The Planned Giving Blogger

The art and science of planned giving.

Legacy messaging to women.

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Jennie Thompson, ActionAid USA Board member and brilliant independent fundraising consultant  (and good friend) kindly forwarded to me new research by Chrysalis Research and Research Data Technology on behalf of the Fidelity Charitable Gift Fund .  The research includes welcome information about legacy messaging to women.   While the main thrust of the reseach is that women play a prominent role in their households and in the community when it comes to philanthropic giving (not especially new news to most of us), the survey also confirms that creating a family charitable legacy is a priority for women.

The questions in the survey around family charitable legacy provide clues for how we might use more persuasive  language in making the case for legacy giving.  Forty-eight percent of those surveyed said “It’s critical that my children continue our tradition of giving.”   More generally, “Virtually all donors (89 percent of the males and females) surveyed agree that it’s necessary to research the organizations they give to in order to ensure credibility. Eight out of 10 charitable givers (79 percent) indicate that when selecting a charitable organization, they research how much money goes directly into funding programs rather than into overhead. Almost three out of four charitable givers (72 percent) said they would more likely support an organization that would benefit their own communities versus one that went beyond their community.”  How can we use this insight to message more appropriately?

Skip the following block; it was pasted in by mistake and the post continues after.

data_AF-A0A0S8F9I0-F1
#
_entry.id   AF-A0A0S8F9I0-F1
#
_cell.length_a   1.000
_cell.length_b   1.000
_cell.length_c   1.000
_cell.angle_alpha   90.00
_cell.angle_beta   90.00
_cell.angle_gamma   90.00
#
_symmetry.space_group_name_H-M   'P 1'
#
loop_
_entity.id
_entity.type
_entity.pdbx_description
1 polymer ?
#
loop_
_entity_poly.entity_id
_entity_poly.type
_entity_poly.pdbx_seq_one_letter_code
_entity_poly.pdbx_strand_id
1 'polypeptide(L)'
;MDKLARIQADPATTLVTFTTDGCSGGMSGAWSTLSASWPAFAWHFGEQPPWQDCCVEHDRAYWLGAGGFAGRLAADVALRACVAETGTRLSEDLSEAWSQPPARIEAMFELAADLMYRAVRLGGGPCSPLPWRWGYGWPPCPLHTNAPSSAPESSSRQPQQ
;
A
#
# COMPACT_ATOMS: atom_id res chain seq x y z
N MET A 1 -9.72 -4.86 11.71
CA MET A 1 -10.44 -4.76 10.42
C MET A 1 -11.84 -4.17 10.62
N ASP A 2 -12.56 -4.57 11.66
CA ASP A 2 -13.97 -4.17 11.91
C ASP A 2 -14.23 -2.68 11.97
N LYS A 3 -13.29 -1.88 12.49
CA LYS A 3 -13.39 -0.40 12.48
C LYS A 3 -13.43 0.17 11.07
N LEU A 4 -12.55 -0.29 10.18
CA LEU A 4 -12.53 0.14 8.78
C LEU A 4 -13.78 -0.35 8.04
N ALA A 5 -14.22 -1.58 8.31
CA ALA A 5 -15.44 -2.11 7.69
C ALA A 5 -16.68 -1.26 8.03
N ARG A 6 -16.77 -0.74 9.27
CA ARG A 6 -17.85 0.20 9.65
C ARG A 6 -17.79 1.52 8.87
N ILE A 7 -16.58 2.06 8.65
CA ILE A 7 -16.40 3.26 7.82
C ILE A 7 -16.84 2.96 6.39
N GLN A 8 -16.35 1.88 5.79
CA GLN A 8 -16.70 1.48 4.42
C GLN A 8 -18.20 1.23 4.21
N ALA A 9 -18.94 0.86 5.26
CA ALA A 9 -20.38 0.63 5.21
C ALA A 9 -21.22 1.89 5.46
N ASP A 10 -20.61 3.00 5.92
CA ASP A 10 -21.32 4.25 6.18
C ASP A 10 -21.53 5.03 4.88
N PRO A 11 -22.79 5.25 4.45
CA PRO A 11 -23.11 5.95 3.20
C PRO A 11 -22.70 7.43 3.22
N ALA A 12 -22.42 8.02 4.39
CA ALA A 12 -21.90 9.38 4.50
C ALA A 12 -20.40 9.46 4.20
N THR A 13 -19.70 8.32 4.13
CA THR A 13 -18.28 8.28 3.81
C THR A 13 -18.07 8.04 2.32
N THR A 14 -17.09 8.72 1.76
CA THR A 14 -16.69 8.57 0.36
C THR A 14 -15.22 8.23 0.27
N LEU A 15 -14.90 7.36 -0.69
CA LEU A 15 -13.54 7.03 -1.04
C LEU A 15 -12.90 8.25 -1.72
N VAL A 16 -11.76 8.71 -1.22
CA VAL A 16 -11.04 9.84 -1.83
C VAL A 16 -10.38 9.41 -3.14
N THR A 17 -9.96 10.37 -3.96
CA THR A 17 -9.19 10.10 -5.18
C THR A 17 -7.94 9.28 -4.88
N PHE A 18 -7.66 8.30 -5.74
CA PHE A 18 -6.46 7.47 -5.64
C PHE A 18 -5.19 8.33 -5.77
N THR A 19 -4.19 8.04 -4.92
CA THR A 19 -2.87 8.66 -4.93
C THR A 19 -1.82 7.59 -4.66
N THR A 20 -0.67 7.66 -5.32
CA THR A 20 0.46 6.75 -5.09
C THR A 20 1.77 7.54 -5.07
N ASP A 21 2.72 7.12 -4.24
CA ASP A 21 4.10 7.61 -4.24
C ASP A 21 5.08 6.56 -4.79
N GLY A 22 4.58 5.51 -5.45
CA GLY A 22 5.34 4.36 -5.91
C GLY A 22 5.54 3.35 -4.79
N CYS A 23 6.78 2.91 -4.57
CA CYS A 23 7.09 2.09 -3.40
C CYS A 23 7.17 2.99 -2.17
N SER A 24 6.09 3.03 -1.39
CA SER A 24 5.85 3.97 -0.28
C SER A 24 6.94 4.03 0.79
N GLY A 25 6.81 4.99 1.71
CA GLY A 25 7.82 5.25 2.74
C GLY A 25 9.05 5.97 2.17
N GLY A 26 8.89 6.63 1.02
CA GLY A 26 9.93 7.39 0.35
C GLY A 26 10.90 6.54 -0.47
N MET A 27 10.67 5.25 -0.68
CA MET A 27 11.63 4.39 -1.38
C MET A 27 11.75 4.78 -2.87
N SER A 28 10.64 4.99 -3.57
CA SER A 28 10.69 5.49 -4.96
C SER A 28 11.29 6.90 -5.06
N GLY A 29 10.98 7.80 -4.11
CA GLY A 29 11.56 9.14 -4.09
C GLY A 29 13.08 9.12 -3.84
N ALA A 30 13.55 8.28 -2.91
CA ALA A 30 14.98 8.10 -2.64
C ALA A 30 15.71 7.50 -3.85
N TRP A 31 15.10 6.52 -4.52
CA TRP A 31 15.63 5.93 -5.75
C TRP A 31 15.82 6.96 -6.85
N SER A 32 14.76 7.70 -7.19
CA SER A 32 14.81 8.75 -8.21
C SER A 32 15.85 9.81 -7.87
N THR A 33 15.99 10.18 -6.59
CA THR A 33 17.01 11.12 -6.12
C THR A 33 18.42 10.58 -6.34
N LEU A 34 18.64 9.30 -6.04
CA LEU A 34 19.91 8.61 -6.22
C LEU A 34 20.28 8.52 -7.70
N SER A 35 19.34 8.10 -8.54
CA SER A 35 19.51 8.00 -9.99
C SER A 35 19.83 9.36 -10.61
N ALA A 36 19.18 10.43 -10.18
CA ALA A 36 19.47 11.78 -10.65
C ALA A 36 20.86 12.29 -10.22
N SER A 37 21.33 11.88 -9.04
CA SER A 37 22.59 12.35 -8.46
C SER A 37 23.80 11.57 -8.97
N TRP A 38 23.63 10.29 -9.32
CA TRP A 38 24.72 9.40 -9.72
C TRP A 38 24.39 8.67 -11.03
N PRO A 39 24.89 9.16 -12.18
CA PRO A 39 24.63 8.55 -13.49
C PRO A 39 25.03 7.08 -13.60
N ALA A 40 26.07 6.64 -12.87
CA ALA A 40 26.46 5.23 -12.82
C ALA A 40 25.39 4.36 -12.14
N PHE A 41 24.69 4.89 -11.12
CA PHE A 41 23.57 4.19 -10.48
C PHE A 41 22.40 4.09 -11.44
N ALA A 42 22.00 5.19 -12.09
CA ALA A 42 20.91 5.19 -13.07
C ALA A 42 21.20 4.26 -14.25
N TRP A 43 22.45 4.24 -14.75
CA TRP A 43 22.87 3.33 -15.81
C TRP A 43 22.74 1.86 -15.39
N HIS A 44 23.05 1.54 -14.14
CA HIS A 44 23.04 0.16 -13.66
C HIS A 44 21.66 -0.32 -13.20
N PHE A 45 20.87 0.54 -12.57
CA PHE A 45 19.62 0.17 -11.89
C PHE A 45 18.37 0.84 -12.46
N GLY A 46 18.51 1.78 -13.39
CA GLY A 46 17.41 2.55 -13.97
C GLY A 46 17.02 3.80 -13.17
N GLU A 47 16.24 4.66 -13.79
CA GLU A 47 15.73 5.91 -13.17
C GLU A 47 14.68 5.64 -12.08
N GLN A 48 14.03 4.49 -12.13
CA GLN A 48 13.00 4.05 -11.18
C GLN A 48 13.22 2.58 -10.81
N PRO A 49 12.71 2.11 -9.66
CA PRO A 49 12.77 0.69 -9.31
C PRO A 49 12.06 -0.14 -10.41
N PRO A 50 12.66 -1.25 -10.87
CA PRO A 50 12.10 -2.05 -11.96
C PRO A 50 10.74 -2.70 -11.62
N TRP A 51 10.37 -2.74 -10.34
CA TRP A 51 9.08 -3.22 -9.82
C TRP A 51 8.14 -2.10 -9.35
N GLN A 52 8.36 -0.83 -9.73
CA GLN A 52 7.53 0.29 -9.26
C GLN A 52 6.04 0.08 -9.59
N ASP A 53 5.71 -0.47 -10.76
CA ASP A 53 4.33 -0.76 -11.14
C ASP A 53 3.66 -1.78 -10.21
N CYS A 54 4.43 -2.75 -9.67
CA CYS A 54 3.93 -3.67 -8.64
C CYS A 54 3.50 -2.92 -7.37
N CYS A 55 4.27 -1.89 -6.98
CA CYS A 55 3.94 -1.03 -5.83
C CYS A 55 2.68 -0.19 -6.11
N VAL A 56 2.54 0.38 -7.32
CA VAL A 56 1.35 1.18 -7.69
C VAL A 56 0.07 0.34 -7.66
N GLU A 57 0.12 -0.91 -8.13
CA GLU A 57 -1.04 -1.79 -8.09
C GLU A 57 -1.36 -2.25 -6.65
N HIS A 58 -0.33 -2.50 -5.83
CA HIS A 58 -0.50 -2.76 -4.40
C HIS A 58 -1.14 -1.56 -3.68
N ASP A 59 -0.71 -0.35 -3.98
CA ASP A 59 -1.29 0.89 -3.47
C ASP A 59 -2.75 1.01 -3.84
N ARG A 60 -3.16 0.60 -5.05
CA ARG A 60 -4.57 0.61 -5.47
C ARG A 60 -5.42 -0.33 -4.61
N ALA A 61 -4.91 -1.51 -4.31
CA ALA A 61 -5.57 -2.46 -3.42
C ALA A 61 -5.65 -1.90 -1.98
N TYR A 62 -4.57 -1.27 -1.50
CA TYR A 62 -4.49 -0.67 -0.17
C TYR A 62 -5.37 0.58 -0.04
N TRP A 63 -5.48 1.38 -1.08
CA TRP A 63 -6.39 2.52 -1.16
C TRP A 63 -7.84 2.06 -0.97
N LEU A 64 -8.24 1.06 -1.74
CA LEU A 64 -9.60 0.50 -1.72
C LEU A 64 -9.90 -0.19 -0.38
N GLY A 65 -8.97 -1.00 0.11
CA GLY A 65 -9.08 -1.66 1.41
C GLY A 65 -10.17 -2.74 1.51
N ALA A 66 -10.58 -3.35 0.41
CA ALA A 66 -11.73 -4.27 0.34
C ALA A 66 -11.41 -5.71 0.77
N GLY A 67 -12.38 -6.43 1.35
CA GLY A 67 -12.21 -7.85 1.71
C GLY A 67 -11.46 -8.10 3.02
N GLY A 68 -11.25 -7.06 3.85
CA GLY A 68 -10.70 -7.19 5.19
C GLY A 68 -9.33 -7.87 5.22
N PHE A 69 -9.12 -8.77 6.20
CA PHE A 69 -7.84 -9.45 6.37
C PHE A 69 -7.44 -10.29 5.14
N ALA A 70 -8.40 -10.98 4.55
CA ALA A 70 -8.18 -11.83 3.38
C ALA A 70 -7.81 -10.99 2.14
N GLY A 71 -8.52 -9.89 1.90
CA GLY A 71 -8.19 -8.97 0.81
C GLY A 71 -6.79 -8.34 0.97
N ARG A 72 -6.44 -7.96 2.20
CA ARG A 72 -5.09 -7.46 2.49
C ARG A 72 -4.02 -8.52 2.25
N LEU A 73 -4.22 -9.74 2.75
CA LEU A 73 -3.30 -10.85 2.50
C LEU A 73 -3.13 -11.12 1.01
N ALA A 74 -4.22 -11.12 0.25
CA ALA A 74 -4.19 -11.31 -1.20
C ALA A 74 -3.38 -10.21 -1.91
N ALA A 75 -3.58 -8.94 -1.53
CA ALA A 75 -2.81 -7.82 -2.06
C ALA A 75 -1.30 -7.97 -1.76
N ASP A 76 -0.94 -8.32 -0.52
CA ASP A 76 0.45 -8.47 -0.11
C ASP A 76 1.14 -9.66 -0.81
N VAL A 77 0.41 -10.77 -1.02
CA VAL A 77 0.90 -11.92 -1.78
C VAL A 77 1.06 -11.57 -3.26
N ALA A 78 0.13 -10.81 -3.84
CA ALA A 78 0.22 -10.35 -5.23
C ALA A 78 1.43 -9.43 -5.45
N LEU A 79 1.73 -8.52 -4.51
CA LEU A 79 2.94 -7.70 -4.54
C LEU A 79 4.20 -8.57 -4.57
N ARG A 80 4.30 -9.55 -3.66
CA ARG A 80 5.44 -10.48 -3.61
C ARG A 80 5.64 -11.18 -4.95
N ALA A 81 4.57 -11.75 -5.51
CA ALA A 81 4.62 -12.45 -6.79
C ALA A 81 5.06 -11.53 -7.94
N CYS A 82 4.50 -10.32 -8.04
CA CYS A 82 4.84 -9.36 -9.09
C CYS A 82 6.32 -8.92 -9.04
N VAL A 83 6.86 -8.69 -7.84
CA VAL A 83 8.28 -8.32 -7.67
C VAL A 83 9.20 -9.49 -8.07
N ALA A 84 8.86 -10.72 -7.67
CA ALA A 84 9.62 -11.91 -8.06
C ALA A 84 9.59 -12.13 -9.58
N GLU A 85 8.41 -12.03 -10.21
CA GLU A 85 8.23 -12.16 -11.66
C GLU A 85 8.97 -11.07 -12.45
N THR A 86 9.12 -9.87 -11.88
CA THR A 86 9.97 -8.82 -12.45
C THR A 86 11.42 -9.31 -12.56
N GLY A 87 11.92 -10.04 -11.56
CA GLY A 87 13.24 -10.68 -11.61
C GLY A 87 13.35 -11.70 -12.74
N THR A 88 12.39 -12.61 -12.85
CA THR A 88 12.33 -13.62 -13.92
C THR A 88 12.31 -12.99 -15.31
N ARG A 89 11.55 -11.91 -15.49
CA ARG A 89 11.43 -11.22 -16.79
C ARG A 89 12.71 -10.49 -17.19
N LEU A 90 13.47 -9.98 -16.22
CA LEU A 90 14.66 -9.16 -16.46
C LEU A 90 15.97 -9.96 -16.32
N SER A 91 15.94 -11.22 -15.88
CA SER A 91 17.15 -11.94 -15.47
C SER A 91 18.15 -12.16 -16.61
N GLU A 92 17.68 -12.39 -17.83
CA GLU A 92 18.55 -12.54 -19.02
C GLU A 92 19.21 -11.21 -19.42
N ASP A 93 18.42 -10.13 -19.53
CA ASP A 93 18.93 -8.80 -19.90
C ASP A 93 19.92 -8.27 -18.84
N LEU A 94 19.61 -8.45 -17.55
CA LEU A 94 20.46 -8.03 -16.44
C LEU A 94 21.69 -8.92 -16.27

The Heifer Foundation does a good job of describing their named endowment opportunity in just these terms:  “Heifer Foundation named endowments are a great way to eternalize a legacy of values. Many families have chosen to establish endowments to honor traditions, or to make a statement for future generations about the things that hold great importance in their lives and in those of their loved ones.”

This kind of language and message can be incorporated into all manner of marketing materials (e.g., newsletter articles, brochures and booklets, website copy, cover letters) and, of course, in conversations with donors.  Where appropriate, discussion of a family charitable legacy might help overcome any resistance children may have to their parents’ wish to designate some of their assets to charity.



Written by Phyllis Freedman

July 21, 2009 at 11:50 pm

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